In a petition filed by HaMoked against the forced removal of a Palestinian police officer from the West Bank to the Gaza Strip, the state notified the court that it was revoking the deportation order and releasing the officer from custody: The police officer was held in detention close to ten months on a baseless claim regarding “illegal presence” in the West Bank המוקד להגנת הפרט
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02.02.2010
In a petition filed by HaMoked against the forced removal of a Palestinian police officer from the West Bank to the Gaza Strip, the state notified the court that it was revoking the deportation order and releasing the officer from custody: The police officer was held in detention close to ten months on a baseless claim regarding “illegal presence” in the West Bank
In a petition filed by HaMoked against the forced removal of a Palestinian police officer from the West Bank to the Gaza Strip, the state notified the court that it was revoking the deportation order and releasing the officer from custody: The police officer was held in detention close to ten months on a baseless claim regarding “illegal presence” in the West Bank
The state attorney’s office’s notice of revocation of the deportation order was submitted following an order nisi issued by the High Court of Justice (HCJ) about a month ago. The court found that the burden of proof regarding the necessity of forcibly removing the petitioner to the Gaza Strip lay on the state’s shoulders.

The officer was stationed in the West Bank back in 1995 and arrived there from the Gaza Strip along with a significant number of other officers with Israel’s approval and under its auspices in the framework of the implementation of the Oslo Accords. Over the years, the officer married and started a family. On March 26, 2009, Israeli soldiers arrived at the officer’s house in Beit Sahur and arrested him for “illegal presence” in a closed zone, namely the West Bank. The response to HaMoked’s appeal to the legal advisor for the West Bank on behalf of the family, stated that the petitioner was to be removed to the Gaza Strip within days. HaMoked urgently petitioned the HCJ in an attempt to prevent the officer’s forced removal and obtained a temporary order forbidding the deportation of the petitioner. 96 hours after the petitioner’s initial arrest, the state hastened to issue a new arrest warrant against him, this time based on the Order regarding Prevention of Infiltration. HaMoked filed a petition for writ of habeas corpus for the release of the officer due to his unlawful arrest: the Order regarding Prevention of Infiltration of 1972 defines infiltration as entry into the Territories without a permit. The officer did not infiltrate the Territories, but moved from one part of the occupied territory to the other with Israel’s approval and consent.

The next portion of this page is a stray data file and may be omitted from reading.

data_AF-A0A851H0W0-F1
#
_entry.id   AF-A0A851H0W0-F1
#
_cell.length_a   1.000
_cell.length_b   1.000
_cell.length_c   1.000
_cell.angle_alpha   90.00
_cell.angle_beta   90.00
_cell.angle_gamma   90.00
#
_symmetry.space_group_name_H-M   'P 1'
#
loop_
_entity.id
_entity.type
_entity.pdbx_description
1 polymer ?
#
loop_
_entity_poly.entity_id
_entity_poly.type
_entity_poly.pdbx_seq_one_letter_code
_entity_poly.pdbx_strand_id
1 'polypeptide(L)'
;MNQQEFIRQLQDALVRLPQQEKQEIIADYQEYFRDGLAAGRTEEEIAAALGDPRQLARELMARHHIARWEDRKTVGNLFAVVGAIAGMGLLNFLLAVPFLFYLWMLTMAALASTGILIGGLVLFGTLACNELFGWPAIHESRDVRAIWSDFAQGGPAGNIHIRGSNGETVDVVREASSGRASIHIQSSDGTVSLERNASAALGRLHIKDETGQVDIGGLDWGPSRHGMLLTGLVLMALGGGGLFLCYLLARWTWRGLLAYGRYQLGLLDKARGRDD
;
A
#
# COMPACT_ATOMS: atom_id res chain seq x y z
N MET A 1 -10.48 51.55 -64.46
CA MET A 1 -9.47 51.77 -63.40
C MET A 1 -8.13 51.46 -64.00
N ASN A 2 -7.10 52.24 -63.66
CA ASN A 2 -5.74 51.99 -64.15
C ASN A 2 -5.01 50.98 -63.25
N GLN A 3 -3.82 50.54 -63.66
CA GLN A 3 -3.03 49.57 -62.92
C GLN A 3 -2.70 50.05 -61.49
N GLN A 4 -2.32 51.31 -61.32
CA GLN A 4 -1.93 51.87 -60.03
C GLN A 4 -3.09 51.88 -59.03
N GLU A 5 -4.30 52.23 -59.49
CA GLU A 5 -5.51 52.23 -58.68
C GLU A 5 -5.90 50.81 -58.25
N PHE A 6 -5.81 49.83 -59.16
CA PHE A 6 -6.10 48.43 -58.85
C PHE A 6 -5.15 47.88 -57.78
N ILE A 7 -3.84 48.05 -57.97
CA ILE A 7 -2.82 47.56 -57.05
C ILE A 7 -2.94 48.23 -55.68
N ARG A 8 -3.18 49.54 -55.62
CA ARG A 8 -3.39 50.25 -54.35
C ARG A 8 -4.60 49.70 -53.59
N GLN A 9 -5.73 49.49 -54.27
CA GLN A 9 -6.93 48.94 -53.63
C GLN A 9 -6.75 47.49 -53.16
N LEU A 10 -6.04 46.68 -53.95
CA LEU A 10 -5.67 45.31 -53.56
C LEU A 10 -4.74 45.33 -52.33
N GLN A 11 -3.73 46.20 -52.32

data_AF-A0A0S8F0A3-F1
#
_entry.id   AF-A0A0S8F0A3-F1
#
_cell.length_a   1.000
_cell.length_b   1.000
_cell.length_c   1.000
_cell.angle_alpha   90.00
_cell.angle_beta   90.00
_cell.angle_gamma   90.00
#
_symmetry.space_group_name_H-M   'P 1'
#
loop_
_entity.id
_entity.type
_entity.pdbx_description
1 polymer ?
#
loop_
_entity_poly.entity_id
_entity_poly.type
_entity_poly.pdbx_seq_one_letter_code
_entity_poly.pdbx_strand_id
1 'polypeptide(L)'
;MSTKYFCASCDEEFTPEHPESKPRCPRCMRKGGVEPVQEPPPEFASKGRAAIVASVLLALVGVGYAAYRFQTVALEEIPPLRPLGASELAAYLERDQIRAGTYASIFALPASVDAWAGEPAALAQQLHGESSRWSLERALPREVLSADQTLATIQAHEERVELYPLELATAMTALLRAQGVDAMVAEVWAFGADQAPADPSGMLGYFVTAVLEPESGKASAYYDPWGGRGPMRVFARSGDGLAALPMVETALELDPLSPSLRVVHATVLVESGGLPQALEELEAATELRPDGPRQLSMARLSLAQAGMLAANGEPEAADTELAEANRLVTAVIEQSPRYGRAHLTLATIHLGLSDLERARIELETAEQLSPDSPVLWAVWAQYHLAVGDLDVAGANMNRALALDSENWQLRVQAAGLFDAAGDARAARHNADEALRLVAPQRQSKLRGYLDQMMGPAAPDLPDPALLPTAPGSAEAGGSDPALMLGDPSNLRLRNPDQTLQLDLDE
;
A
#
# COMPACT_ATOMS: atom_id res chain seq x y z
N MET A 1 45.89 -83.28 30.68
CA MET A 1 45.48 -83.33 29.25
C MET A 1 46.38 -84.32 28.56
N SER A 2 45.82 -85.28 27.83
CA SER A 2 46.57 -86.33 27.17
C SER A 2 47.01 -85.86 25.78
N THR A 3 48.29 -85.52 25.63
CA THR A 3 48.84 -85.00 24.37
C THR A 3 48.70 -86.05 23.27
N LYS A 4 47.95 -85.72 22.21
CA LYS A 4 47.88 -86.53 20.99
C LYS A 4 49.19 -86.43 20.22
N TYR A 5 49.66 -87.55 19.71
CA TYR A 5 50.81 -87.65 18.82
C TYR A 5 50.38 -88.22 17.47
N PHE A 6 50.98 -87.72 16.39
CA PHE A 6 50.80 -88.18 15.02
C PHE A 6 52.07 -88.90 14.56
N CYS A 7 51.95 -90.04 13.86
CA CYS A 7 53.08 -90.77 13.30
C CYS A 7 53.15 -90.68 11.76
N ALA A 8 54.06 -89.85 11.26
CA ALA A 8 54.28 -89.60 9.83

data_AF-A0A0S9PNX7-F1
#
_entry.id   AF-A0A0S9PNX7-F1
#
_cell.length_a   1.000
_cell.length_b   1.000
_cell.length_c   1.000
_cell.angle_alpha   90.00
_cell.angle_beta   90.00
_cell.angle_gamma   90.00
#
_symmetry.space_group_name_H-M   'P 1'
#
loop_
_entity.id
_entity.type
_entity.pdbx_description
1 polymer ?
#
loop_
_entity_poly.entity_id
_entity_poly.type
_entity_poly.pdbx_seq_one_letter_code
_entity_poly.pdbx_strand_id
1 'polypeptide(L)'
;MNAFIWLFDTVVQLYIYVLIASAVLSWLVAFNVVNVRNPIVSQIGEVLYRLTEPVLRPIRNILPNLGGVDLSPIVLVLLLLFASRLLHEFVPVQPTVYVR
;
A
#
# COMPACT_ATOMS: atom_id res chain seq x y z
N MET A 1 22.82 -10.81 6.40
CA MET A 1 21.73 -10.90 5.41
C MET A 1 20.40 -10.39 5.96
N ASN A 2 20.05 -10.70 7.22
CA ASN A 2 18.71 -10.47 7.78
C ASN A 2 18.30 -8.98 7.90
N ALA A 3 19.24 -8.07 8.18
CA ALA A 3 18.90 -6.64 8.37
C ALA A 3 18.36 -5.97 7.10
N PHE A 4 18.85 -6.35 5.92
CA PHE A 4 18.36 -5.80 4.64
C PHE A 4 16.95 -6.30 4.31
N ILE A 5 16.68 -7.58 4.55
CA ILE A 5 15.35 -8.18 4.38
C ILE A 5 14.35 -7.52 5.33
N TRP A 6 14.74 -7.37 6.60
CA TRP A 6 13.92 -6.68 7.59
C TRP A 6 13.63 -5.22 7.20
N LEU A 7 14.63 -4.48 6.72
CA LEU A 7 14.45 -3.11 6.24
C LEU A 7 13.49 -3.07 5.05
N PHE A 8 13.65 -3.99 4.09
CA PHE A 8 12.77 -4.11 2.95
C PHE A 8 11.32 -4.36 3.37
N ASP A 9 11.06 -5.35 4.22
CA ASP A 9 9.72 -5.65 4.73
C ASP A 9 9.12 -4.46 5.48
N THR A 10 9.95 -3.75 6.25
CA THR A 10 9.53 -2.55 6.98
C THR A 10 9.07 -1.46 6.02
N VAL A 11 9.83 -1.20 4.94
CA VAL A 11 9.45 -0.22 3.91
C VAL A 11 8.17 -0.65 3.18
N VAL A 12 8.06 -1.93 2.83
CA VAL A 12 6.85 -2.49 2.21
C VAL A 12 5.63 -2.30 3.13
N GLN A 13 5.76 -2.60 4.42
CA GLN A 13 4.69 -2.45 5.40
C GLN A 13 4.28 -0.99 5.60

In the petition, HaMoked argued, inter alia, that the decision to remove the petitioner to the Gaza Strip lacked any legal basis and was extreme and unreasonable. The petitioners also stressed their concern that the petitioner might pay with his life for his forced removal to the Gaza Strip, now ruled by Hamas, due to his service as a police officer with the Palestinian Authority.

On June, 2009, two days before a scheduled hearing in the petition, the state attorney’s office surprisingly notified that it had decided to postpone implementation of the deportation and that it intended to indict the officer for alleged membership in an “illegal organization” and allegedly performing services for said organization. When HaMoked received the materials on which the state based the indictment it became clear that these were baseless utterances by a man who had had a dispute with the officer. The state also claimed that the officer had allegedly breached the Order regarding Closed Zones and in so doing transferred the decision on the matter from the HCJ to the military court.

In these circumstances, the state notified the court that it would revoke the deportation order and reconsider it only upon termination of criminal proceedings against the petitioner.